Bob Dylan Captures 2016 Nobel Prize

I hope I helped a little in getting him the Nobel Prize

The announcement that Bob Dylan has been chosen to receive the coveted Nobel Prize for Literature is enough to make anyone stop in their tracks and take notice.


I can truthfully say that I did have a small hand in it in 1975.


© Nobel Media AB 2016

To hear that Bob Dylan is the Winner of the 2016 Nobel Prize for “having created new poetic expressions within the great American song tradition” just blows me away that I have been associated with a Nobel Prize Winner.

“Bob Dylan lands his fourth Multi-Platinum Album with his 1976 hit, ‘Desire.’ Dylan’s most acclaimed albums from the 1960s,” wrote the RIAA (Recording Industry Association of America) in 2013. I am so Proud to say that I engineered and mixed it and actually produced it while producer Don DeVito watched. Bob Dylan’s “Desire” Album was my best recording and a classic.

 Also, I’m proud to say I did Bob’s Hard Rain album and the celebrated single, Hurricane, from the album was used in the movie. It is most notable that these nine titles are part of Bob’s “Literature Achievement.”

Viewing that RIAA page, I also learned that in other Streisand news, Barbra’s 1967 release, “A Christmas Album,” certified at the five million sales mark. It was the first holiday album by a vocalist to reach the five million level. I am also very proud to say that I mixed that album. I’ll have a few words to say about one of her other albums down the road.

Well, the guys on an Internet forum were intrigued with my explanation there and wanted to know more about the Dylan “Desire” recording, so I wrote some more:

“Thanks guys, for inviting me in. I guess I’m proud to say that “Desire” was one of my best, if not my best recordings and a classic. By the way, Rob Stoner played great bass and Don Devito had the credits read: “This record could have been produced by Don Devito.”


desire could have been

Actually, I made all the production decisions, as well as recording, mixing, and mastering. The album made him a vice president for his entire career at Columbia/Sony, and he was gracious and generous to share his CBS bonus with me at that time for my production efforts. But there were no extra bucks after that. I had broken Don in earlier as a trainee in the A&R department, and then he became Walter Yetnikoff’s right hand man. He went on to greater heights with other names. No sour grapes. More on our combined efforts later with Hard Rain. “Desire” has now gone multi-multi-multi-multi platinum and hangs on the Music Wall at Meehan’s Irish Pub in St. Augustine, FL. (Please click on it)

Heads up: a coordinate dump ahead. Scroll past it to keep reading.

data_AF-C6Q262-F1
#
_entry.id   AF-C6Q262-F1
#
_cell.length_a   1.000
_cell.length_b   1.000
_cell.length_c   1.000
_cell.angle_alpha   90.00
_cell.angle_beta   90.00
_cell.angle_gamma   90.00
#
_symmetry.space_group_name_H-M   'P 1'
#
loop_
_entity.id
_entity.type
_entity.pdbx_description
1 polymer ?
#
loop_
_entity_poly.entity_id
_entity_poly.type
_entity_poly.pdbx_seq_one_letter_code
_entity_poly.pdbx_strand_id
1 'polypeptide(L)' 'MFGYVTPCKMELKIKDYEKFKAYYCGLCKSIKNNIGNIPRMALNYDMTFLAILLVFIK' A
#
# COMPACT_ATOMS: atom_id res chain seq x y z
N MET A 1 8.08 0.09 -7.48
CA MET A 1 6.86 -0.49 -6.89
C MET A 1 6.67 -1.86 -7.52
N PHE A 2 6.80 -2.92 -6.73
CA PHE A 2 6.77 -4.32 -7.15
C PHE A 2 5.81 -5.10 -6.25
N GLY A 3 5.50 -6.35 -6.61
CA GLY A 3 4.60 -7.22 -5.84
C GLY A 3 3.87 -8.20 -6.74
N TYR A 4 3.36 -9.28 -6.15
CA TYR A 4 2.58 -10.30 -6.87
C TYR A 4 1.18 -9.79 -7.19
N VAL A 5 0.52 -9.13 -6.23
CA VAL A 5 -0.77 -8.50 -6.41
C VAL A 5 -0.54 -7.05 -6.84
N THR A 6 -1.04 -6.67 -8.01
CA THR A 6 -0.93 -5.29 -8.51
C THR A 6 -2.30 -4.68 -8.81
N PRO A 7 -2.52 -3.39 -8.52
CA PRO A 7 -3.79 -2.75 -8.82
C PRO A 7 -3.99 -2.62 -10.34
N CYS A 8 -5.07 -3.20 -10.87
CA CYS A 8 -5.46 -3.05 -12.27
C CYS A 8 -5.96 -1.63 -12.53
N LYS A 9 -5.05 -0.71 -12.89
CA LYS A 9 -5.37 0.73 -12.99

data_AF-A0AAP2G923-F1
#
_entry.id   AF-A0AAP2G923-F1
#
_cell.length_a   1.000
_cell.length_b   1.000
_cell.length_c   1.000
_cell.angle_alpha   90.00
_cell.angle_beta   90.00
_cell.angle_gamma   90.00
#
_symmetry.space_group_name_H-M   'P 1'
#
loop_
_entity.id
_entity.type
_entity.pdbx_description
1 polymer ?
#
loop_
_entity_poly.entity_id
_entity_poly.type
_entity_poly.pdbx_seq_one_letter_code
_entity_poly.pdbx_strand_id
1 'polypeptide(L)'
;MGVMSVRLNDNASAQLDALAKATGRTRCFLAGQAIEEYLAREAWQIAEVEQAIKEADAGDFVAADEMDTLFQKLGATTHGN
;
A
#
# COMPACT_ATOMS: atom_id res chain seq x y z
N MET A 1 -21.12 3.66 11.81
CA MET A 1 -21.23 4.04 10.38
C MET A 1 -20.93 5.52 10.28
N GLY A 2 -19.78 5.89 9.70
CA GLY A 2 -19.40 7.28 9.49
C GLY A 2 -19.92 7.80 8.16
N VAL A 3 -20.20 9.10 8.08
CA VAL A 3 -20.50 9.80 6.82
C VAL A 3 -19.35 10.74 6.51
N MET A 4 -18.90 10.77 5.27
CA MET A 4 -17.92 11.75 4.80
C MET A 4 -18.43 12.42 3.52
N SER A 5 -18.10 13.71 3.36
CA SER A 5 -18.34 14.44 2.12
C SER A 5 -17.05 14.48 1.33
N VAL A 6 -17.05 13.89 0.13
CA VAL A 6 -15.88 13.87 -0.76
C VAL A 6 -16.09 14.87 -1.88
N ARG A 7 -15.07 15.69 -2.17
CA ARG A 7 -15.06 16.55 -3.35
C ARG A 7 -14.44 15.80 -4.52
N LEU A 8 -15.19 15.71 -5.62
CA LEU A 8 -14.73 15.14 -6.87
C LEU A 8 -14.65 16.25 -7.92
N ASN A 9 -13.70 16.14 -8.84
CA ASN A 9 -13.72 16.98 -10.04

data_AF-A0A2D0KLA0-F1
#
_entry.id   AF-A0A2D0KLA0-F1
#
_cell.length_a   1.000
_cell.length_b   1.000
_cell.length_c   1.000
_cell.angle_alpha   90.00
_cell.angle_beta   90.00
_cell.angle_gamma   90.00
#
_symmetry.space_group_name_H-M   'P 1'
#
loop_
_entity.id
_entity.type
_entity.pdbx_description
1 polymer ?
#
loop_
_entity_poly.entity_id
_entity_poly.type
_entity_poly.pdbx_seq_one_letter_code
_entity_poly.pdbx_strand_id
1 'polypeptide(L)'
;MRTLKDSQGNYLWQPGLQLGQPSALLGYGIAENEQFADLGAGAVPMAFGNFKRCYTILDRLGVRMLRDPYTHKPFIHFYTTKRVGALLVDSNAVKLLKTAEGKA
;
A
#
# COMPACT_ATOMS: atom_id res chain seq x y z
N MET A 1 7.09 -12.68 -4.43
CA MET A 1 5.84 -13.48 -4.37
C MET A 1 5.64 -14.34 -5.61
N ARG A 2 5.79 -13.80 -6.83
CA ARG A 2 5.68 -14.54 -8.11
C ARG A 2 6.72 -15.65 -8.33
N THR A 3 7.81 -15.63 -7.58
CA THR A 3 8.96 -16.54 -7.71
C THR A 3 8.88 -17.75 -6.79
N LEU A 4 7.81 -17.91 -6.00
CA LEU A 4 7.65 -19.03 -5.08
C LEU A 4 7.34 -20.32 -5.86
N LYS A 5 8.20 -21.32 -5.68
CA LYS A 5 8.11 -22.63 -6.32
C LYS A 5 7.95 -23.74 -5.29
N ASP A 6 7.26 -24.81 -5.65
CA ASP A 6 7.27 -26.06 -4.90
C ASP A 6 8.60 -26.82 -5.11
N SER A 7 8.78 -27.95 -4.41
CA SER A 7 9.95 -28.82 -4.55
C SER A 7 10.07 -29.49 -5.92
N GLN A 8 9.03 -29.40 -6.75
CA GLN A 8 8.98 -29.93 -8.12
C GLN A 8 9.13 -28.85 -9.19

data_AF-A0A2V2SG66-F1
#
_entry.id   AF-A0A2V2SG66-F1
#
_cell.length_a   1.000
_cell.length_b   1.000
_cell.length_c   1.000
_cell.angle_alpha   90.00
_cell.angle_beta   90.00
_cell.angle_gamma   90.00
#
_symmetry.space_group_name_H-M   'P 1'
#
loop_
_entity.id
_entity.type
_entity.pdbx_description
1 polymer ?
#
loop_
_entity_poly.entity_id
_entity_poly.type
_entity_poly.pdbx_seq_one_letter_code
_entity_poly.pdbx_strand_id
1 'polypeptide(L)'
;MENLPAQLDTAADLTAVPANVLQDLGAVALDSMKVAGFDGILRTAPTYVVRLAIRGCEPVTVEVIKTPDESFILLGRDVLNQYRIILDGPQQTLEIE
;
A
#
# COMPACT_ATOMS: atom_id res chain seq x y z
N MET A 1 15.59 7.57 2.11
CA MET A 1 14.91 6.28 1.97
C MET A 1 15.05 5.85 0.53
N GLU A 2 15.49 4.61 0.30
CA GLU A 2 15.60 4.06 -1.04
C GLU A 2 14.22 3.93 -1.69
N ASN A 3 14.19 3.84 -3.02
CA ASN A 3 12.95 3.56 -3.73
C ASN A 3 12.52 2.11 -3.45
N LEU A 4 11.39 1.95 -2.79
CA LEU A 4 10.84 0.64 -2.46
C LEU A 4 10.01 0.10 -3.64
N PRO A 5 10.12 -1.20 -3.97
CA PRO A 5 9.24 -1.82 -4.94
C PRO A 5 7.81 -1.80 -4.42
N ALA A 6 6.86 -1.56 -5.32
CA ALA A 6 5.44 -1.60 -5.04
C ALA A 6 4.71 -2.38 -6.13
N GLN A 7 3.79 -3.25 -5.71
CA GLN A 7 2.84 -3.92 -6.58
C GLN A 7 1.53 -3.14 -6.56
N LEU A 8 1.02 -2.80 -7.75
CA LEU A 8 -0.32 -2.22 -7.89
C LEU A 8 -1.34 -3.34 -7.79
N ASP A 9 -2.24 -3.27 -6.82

Actually I have a a lot more, at least 30 or more platinum and multi-platinum awards  credited and certified by RIAA, but I’d have to pay the freight if I wanted one or more. I’ve heard that they run about $300 per. Let’s see; 30 X $300 = $9,000. That wouldn’t be very much out of Sony’s billions.

desire platinum

Oh well, at least I have the first Gold and Platinum for “Desire” and a Gold for “Hard Rain.”  On the left is my first Gold for Looking Glass’ “Brandy”

dylan-close-up-at-pub dylan-2-time-front-at-pub The Four Time Multi-Platinum Award hangs in Meehan’s Irish Pub in St. Augustine, FL, established by my late son, John Meehan               Photo by Reggie Maggs

The four million album seller “Desire” all began on or about July 7, 1975 at a recording session in Columbia Records New York Studio E, a small cozy and well equipped little room on the sixth floor of the old Vanderbilt family guest house at 49 East 52nd Street. I had already worked the whole day on another project when I got the word that Bob Dylan and some Columbia executives wanted me there. Don DeVito was Columbia President Walter Yetnikoff”s assistant and I had just recently broken Don in on studio workings and he was there and wanted me there to make things go smooth.


I ‘m honored to be on each side of Bruce Springsteen’s guitar on Meehan’s Irish Pub‘s Music Wall                                                                                                                                                                            Photo by Reggie Maggs


On the other side is my 3 time Multi-Platinum Award for Simon and Garfunkel’s Sounds of Silence                                                                                                                Photo by Reggie Maggs

This was Bob’s first session on the new album, I knew from past experience that he liked to record live with absolutely no overdubbing instruments or vocals later. This unnerved me a bit since I had settled into a habit of recording things separately, especially vocals. I had mixed a few of Bob’s songs earlier working with the great John Hammond.

Well, musicians began arriving one after another and at last count, there must have been at least twenty, paying tribute to the great Bob Dylan.

There were no teachers; we learned on our own